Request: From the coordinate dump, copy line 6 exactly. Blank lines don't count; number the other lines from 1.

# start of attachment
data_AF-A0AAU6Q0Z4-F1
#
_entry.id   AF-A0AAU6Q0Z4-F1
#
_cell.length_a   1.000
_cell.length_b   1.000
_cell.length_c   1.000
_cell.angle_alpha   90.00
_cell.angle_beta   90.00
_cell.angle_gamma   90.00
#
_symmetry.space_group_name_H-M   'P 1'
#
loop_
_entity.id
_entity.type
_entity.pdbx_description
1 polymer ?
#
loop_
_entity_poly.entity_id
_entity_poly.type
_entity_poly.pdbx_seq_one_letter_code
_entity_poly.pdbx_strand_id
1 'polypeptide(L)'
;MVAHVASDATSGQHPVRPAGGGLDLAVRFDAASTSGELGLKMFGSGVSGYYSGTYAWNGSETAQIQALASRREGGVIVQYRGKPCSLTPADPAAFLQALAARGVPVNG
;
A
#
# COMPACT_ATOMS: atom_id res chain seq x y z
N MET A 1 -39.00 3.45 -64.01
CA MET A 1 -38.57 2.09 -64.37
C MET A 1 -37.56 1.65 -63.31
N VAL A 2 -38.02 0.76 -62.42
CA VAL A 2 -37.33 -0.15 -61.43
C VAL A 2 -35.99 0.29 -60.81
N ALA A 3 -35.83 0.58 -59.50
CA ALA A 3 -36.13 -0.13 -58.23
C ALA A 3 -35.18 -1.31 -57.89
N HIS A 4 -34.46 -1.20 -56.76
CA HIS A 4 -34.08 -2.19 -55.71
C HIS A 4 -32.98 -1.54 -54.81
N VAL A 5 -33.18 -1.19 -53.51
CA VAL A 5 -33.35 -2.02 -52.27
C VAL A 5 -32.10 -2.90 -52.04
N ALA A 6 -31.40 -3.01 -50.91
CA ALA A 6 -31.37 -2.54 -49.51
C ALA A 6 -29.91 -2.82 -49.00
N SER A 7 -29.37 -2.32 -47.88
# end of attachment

_cell.length_b   1.000